Ricky Janell Andrews was shot while riding his bike on N. Williams Avenue near Beech Street on November 18th, 2007; exactly four years ago today. According to news reports at the time, he died at the hospital later that night. Mr. Andrews was 48 years old.
There were six other fatalities involving people on bikes that year and all of them were covered here on BikePortland; but somehow I never even heard of Andrews’ death until last week.
Was that because he was black?
I heard about this incident for the first time at the “Race Talks” event last Tuesday while listening to a presentation by local historian Tom Robinson. Robinson shared with the crowd that he was aware of just a couple other bicycle fatalities in that general area — and that they each had a ghost bike. Then he came to the incident on Williams Ave…
Here’s an excerpt from Robinson’s talk:
“Fire crews who responded found a man and his cycle on Williams Avenue, and the cause of death was a gunshot wound. He was black. He has no ghost bike.”
Robinson was trying to make the point that Andrews was not remembered by the community in the same way as other bike-related fatalities solely because he was black. He then tied that idea to the City’s ongoing transportation project in the area:
“So, you can see how people who live in the Williams Avenue District can have a spectrum of opinion on matters of public safety. You can perhaps understand why another bicycle lane isn’t exactly what they were hoping for in the way of public safety programs.”
I follow the bike beat closely and I couldn’t recall ever hearing about Andrews. Beyond the color of his skin, it’s interesting to me that the City of Portland Bureau of Transportation didn’t officially record this as a bike fatality. According to PBOT stats, there were six bicycle-related fatalities in 2007: Nick Bucher, Jerry Hinatsu, Daniel Hunt, Curtis Lee Web, Tracey Sparling, and Brett Jarolimek.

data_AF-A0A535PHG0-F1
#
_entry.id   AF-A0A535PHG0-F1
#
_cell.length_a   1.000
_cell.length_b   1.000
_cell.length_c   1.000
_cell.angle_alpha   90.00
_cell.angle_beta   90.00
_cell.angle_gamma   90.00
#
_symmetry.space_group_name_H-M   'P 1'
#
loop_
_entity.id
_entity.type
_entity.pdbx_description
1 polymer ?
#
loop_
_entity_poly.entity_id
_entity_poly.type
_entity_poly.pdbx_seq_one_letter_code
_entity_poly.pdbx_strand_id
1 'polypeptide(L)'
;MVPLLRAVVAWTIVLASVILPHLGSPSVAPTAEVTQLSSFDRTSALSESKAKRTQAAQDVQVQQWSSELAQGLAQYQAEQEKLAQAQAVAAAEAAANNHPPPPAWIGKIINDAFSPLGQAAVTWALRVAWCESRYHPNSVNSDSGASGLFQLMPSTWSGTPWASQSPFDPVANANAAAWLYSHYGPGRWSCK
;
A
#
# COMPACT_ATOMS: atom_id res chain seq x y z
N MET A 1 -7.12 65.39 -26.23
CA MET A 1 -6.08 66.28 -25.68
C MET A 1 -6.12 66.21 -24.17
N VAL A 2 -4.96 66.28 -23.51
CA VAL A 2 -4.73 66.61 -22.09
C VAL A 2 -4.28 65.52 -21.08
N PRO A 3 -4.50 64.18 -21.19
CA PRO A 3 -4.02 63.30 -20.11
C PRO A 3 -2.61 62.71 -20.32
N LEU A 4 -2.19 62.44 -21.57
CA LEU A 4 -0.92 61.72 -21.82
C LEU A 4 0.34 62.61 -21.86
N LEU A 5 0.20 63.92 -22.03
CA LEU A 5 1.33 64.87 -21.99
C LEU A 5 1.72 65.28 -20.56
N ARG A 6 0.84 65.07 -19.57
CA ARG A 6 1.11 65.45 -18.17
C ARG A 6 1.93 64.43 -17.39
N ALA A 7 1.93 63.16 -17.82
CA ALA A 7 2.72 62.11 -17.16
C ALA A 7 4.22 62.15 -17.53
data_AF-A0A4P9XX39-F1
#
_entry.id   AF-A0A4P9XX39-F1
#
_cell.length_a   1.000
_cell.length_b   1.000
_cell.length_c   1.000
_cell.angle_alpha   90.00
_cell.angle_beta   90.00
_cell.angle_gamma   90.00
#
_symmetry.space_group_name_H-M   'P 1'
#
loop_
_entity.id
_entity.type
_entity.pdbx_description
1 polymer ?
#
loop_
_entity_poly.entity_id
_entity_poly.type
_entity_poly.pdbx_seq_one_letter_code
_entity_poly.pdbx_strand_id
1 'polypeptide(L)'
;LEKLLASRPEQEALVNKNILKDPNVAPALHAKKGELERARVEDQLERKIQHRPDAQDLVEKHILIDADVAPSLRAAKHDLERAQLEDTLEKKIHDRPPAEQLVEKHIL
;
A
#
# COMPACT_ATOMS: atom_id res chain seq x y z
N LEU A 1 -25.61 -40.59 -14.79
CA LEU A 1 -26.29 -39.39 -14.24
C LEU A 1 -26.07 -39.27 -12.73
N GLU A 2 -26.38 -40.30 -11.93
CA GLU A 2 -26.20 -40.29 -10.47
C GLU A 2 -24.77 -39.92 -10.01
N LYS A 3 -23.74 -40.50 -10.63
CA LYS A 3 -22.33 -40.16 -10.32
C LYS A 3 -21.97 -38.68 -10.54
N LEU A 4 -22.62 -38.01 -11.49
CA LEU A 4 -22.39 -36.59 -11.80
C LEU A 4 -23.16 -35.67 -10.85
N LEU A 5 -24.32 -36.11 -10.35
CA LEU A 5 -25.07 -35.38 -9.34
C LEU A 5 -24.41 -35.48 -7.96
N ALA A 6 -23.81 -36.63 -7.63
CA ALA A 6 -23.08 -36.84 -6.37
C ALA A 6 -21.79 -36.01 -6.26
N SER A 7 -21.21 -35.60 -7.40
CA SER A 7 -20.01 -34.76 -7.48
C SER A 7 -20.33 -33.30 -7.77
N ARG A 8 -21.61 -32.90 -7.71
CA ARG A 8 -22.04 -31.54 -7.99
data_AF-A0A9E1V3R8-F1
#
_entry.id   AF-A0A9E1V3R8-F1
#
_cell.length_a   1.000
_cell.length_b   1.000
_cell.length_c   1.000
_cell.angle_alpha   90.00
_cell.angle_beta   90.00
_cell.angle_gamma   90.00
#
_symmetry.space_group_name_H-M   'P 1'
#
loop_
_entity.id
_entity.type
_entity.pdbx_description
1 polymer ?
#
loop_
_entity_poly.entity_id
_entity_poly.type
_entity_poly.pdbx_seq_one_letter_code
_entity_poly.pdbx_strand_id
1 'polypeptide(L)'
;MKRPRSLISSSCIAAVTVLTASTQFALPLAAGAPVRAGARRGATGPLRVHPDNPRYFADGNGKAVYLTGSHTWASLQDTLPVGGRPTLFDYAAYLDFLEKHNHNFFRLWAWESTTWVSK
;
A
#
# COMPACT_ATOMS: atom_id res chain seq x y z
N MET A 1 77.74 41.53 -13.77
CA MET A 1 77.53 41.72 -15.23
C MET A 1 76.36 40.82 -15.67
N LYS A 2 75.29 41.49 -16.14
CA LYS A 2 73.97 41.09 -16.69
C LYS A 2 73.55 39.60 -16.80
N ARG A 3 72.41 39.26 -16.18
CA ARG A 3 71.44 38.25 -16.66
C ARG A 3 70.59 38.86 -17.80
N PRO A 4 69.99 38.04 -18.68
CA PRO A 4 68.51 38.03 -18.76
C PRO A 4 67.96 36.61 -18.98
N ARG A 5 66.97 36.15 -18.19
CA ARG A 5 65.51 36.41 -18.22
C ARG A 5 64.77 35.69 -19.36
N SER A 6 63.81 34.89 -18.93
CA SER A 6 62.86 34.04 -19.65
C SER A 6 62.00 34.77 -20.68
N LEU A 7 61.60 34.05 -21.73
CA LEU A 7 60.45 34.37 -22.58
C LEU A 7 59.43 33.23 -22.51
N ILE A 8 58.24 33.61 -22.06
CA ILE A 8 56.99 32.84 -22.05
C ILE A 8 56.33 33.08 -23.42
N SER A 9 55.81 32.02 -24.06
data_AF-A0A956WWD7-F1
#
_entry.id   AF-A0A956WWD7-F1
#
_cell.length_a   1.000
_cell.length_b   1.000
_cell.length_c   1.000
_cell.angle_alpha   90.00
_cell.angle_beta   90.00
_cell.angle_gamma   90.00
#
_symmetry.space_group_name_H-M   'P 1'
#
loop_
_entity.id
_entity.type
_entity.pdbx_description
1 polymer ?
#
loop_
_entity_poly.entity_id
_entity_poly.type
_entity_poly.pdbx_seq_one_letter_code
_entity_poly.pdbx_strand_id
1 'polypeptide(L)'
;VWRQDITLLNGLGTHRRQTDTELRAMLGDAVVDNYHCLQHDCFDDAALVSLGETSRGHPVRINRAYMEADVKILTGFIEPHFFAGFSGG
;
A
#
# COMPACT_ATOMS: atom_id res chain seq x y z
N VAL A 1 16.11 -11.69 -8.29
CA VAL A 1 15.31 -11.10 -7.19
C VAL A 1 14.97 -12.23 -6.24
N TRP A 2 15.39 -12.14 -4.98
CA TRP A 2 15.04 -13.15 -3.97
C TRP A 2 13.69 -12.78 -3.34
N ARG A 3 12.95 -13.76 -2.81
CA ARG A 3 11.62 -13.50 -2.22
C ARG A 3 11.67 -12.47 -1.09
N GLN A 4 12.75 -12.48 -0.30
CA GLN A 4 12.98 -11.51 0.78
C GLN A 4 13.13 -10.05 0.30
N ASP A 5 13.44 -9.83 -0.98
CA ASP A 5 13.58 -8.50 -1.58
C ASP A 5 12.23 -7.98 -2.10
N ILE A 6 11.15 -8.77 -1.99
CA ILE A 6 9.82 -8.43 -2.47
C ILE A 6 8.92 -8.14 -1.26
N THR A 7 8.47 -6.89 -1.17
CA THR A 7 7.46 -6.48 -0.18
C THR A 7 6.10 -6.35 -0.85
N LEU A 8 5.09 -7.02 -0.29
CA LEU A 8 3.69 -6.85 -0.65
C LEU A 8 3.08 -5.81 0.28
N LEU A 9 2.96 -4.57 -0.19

How PBOT decides whether or not a fatal traffic incident should be labeled bike-related or not is something I’m looking into (and will post a follow-up if necessary).
Back to Robinson’s point about race; I’m not sure whether or not it plays a role in how the community responded (or didn’t). I can guarantee that had I heard about this at the time, I would have definitely mentioned it. That being said, I think it’s worth noting that it’s common that not all bike fatalities get a ghost bike. Ghost bikes are a very grassroots phenomenon. They happen somewhat randomly by individuals who feel compelled to install them.
The community’s response to traffic tragedies is also random and unequal. It depends greatly on the factors and context surrounding the incident such as who the person is, what they were doing when the incident occurred, and so on.
But beyond all that, now that I’ve learned about Ricky Andrews, I felt that he needed to be remembered on BikePortland.